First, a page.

Neither Here Nor There: Perspectives on Identity by the Young Eritrean and Ethiopian Diaspora in America

September 1, 2009

“My Tsehai Experience” by Naomi Tesemma

Filed under: Uncategorized — Habesha Diaspora @ 5:37 pm
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NaomiFriends!

This very insighful and moving story was shared with us by a new friend of ours, a trailblazer by the name of Naomi Tesemma. We are excited about her submission for this book project and are grateful that she shared this very personal and wonderful experience with us about the Tsehai Conferences, an annual conference whose mission is to provide an international forum that brings together academics, researchers, other professionals, civic and political leaders, artists and entrepreneurs to discuss, debate and deliberate on the State of Ethiopian affairs and the diaspora.

Thank you Naomi!

Please follow this link to read about Naomi’s Tsehai Experience written in July of 2007: http://www.tsehaiconferences.com/2008/index.php?option=com_content&task=view&id=5&Itemid=30

Please follow this link to learn about the Tsehai Conferences: http://tsehaiconferences.com/2009/

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21 Comments »

  1. I enjoyed this too!

    Comment by AfroQious! — September 14, 2009 @ 5:29 pm | Reply

    • Thank you!

      Comment by Naomi — September 18, 2009 @ 2:43 am | Reply

  2. Nice experience! With a sense of togetherness, all is possible!

    Comment by JazzUp — October 1, 2009 @ 12:10 am | Reply

  3. I think you hit the nail on the head when you say “sense of togetherness” – I feel like this is something we are moving away from as a community, though. Does anyone have ideas on how to reverse this trend?

    ~Mahlet

    Comment by Habesha Diaspora — October 1, 2009 @ 12:35 pm | Reply

  4. I think, in order to reverse this trend, we need to dig deep and find out why we’ve lost this “sense of togetherness” or the usual Habesha fraternity in the first place. What are the causes that lead us to be hard on each other, while giving away, almost everything we have to strangers?

    Comment by JazzUp — October 2, 2009 @ 12:45 am | Reply

  5. I’m not sure – some say it’s the current government. I had another friend say we were pretty separatist even before the current government. Then when you consider the diaspora there is the split between those who come at an older age versus those who come at a young age (Indians see the same split between newly arrived immigrants vs. “abcd’s” – “american born confused Desies”). I think there is some fear of the other that comes into play. I think there is a sense of “we’ve on the right path” and they aren’t. I think there is also this sense of I gotta get my share of the pie because otherwise it will be finished. In other words if I share and make room for others then resources will run out more easily.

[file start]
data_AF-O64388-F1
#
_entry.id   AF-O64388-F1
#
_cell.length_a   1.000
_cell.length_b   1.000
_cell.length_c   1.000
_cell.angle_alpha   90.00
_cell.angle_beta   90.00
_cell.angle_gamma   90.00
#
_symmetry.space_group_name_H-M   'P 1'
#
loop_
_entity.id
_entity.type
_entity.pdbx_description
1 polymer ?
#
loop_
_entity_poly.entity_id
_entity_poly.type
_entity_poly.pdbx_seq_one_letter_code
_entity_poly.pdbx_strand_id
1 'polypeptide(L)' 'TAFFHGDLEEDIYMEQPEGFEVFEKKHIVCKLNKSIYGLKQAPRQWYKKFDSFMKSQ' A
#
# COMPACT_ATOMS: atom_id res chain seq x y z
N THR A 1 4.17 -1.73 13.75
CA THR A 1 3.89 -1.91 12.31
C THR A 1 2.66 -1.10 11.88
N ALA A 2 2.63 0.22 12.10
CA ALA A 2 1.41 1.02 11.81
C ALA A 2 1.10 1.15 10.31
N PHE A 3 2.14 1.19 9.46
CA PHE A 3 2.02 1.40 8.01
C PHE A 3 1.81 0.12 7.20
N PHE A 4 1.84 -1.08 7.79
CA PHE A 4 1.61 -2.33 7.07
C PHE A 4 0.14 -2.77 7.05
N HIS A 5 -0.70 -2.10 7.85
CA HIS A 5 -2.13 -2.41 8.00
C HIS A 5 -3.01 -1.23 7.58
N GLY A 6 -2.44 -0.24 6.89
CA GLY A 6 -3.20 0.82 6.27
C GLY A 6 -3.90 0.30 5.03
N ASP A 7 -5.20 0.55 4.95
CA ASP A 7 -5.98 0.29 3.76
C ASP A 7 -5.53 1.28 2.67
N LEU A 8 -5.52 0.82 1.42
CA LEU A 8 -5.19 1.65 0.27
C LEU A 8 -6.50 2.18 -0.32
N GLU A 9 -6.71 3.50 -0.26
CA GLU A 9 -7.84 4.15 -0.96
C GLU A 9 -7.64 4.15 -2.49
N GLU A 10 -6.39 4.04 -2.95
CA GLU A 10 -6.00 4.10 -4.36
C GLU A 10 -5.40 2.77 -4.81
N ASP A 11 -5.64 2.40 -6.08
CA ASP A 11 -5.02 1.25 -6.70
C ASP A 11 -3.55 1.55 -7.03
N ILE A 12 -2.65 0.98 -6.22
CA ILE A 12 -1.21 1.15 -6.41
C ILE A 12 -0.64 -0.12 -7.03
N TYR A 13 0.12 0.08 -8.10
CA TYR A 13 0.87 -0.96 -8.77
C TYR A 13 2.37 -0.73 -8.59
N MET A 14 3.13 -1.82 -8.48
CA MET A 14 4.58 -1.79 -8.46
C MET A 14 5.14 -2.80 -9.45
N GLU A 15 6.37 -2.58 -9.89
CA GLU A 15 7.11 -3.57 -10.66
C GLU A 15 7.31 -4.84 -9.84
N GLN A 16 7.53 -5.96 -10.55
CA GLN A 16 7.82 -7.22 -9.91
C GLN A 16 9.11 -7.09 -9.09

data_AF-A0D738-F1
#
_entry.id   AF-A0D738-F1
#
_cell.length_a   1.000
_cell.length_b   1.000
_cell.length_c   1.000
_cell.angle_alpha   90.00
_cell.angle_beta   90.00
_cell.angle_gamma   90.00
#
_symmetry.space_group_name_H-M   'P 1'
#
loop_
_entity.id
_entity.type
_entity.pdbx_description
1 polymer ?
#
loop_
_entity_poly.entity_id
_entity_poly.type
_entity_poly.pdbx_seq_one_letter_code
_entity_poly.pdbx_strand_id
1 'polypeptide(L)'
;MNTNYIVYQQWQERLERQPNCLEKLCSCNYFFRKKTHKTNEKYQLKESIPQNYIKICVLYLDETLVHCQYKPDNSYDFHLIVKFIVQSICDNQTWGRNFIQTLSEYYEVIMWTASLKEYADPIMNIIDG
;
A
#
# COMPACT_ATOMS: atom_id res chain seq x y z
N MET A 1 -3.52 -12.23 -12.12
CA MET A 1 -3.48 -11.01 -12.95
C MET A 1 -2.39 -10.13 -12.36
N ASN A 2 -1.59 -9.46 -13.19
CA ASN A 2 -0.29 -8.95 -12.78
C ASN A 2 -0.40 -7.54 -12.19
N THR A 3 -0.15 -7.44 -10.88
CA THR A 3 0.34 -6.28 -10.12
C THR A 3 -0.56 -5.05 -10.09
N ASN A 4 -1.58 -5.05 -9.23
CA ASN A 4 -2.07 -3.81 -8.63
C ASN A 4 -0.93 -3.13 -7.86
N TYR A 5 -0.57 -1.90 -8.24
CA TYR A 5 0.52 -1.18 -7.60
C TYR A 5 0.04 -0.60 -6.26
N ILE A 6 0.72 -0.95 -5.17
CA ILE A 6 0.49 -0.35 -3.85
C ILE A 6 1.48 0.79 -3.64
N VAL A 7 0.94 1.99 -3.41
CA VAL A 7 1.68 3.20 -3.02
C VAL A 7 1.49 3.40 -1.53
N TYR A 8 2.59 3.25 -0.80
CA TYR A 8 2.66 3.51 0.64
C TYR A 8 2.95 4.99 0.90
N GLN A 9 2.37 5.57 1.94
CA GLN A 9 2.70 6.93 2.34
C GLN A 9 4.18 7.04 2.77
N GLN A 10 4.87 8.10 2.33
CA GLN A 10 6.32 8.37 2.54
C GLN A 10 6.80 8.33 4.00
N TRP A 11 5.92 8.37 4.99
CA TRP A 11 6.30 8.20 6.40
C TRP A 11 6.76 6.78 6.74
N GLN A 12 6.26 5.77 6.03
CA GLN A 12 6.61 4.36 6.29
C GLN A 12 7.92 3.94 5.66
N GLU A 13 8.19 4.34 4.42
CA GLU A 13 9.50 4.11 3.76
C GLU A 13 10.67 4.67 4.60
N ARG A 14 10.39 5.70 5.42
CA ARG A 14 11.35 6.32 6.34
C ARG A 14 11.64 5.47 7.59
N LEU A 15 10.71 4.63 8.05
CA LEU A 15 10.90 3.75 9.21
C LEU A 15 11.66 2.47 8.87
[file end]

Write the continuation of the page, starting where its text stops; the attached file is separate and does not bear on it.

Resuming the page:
Just some thoughts.

    ~Mahlet

    Comment by Habesha Diaspora — October 7, 2009 @ 8:35 pm | Reply

  6. Sometimes we are blind, unable to know who’s who. Any reason?

    Comment by Lucas — October 25, 2009 @ 12:25 am | Reply

    • Welcome Lucas – hm…you’ve got me quiet with that one. When i think of blindness I think how it can go in so many different directions. what way do you see it playing out?

      Comment by Habesha Diaspora — October 26, 2009 @ 9:56 am | Reply

  7. Thanks! Blind, literally; for instance, you’ve someone in your mind who you would like to see every day with your heart. But, after a while your heart gets frozen, and your eyes won’t be capable of identifying who is who, because they are covered with a huge dark glass. So, whenever someone approaches you and shows you something, you always thing it’s that someone who could be trying to say something. All of this leads to blindness, to a paralyzed state of mind.